By the turn-of-the-century, the first telephone had been installed by Henry Guthrie's nephew.  Steam replaced the water powered mills, and timber for ship building was no longer in demand. New activities bustled. Where the Tavern's flagpole now stands, there was a combined Post Office and grocery. Among its stock was a keg of gunpowder, used to fire the cannon (at the crossroads) on special occasions. A member of the St. John family, intoxicated and impatient for the Fourth of July cannon firing, took matters into his own hands. He entered the store, struck a match to the powder keg and blew the place up!

Up the road and across the river, Solon Borglum, a young sculptor, built a hillside studio. The newly married Borglum was one of the leading figures in the emerging community of artists. With others, he founded the "Knockers Club" that later developed into the Silvermine Guild, one of the largest and oldest art centers in New England. Addison Miller, Howard Hildebrandt, Bernard Gutman, Putnam Brinley, R.B. Gruelle, Carl Schmitt, Frank Townsend Hutchens, Richard Daggy, Hamilton Hamilton, Murray McKay, Sam Otis, Leo Dorn, John Cassell, Clifton Meek and Adele Klaer made up some of this talented group.

In 1902, Sammy Ryder, an eccentric, snowy-white haired and bearded villager, purchased the Old Mill. Seven years later a major flood washed out the dam which supplied the essential water power for the Mill. Desperate and unsuccessful, Ryder worked frantically to replace the rocks. He meet his death in 1924 when one of the rocks, tethered on a crane, swung the wrong way.

The Old Mill was auctioned off to Silvermine artist Frank Townsend Hutchens for $12,500 the same year. Hutchens restored the property and named it "The Old Red Mill." The Red Mill's "house warming" was held on a Saturday evening in November from 8 to 12. Guests were invited to share in "Candle Light - Open Fire - Old Fashioned Cheer - MUSIC AND DANCING - Country Togs".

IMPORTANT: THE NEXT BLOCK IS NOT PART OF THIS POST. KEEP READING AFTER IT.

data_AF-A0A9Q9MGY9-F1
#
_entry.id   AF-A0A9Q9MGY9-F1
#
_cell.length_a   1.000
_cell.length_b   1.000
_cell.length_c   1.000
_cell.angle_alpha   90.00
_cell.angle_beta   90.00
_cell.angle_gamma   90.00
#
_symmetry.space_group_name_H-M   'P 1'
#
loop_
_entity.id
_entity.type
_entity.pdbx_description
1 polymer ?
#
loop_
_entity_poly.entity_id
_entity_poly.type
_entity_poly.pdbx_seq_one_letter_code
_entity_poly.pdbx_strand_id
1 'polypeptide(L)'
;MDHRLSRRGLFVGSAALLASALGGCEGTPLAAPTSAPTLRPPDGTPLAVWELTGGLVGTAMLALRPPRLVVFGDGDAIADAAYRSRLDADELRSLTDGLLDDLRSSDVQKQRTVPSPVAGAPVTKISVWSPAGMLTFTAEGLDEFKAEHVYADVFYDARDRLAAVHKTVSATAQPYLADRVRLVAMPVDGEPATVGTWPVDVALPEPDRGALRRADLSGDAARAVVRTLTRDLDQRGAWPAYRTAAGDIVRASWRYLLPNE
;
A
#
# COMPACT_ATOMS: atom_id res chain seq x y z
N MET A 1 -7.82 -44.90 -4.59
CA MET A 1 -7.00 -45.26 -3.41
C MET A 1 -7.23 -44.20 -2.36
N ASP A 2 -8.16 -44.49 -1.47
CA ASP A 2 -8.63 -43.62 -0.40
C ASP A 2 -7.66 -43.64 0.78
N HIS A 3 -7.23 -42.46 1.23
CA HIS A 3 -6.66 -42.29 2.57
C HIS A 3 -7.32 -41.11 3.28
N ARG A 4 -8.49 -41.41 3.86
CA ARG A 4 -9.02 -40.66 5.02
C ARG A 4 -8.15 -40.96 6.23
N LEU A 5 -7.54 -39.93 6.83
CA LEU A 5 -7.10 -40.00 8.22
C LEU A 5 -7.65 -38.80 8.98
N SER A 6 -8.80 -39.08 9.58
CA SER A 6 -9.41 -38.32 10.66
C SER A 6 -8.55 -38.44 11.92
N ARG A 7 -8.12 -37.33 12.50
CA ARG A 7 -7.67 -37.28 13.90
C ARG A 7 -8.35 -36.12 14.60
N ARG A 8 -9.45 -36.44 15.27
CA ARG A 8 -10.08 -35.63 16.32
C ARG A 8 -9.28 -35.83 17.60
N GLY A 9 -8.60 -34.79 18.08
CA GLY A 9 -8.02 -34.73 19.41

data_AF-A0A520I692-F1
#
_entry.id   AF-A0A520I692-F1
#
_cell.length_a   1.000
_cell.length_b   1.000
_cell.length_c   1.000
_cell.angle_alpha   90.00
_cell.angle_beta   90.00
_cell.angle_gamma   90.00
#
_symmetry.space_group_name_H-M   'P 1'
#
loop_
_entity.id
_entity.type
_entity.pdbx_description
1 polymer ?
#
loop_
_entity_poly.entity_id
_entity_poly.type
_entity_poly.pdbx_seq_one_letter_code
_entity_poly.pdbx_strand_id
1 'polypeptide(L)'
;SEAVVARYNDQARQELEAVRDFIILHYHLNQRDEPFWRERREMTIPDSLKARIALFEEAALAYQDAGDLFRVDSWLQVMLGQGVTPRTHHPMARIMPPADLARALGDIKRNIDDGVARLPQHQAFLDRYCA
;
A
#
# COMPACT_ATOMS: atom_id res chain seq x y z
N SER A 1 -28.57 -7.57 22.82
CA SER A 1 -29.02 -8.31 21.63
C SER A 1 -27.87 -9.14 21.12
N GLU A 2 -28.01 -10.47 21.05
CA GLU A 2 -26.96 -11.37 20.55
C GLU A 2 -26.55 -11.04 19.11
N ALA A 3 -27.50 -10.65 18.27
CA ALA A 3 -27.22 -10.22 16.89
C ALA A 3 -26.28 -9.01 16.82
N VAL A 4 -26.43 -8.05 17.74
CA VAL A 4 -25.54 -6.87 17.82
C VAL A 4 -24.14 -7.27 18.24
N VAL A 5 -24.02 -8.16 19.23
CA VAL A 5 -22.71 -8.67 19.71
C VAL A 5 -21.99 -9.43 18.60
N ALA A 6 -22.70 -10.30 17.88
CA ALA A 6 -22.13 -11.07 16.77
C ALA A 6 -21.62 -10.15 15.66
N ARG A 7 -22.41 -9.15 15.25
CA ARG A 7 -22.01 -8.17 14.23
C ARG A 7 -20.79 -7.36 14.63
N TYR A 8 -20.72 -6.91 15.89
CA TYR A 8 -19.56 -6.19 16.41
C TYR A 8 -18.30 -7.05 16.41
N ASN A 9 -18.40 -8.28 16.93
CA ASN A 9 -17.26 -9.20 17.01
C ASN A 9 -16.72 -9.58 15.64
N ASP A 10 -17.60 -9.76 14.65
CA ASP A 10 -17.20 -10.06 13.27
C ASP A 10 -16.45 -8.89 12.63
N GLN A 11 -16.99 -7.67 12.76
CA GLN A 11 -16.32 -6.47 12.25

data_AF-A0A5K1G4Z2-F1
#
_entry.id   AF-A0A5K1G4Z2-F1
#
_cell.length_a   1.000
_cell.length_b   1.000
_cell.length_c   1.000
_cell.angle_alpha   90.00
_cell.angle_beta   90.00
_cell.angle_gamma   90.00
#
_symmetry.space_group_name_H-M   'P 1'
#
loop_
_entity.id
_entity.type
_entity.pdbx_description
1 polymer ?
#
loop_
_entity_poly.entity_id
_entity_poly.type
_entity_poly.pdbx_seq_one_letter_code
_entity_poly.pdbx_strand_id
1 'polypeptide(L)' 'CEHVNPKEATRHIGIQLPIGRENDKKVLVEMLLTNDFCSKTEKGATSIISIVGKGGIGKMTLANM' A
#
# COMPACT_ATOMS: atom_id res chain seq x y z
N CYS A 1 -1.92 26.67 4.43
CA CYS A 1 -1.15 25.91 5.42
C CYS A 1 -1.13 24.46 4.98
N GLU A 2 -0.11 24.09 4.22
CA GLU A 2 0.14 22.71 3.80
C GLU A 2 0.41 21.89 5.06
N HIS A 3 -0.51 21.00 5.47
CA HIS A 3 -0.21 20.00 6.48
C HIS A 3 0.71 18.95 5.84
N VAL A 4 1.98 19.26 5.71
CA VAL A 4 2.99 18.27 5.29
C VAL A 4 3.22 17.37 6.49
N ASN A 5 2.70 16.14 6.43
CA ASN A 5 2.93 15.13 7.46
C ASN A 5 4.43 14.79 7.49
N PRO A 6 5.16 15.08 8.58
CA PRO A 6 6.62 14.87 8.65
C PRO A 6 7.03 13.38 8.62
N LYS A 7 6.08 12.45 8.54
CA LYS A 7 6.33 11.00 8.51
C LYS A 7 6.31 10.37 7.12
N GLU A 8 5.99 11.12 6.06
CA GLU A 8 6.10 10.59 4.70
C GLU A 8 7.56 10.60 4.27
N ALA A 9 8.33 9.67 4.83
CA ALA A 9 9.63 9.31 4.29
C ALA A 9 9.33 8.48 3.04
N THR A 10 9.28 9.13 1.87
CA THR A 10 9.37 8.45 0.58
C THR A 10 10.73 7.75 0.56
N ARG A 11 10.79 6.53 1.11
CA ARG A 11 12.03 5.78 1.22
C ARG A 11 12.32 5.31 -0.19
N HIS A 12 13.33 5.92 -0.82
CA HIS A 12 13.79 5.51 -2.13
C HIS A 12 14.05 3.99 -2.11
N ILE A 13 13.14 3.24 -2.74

In 1906, Otto Goldstein purchased the Tavern as his home. Goldstein had a taproom here selling beer and other drinks. Times were changing. Now, not only artists, but musicians, actors and writers crowded into the Silvermine area and the taproom became a favorite Saturday night gathering place.

After prohibition was repealed, J. Kenneth Byard, a lawyer and one of the country's foremost antiquarians, bought the property from Goldstein renaming the complex "Silvermine Tavern".  Tea was served in the afternoons and a special buffet supper was available on Thursday evening at the cost of one dollar. He expanded the facility to its present size adding the kitchen, dining rooms and porches. He offered good food and overnight accommodations. The antique furnishings, farm implements and primitive paintings evident in the dining and guest rooms today were part of his collection. The Tavern shared the success of the growing artist's community and provided hospitality to many well-known personalities.

The Whitman family bought Silvermine Tavern in 1955 and carried on the tradition. Both Francis C. Whitman, Sr. and his son Frank, Jr. are graduates of Cornell University's School of Hotel Administration. Today, Silvermine Tavern continues to be a notable year-round gathering place for those who enjoy secluded interludes amid gracious surroundings.

Luxurious Guest Accomodations - Silvermine Tavern, Norwalk, CT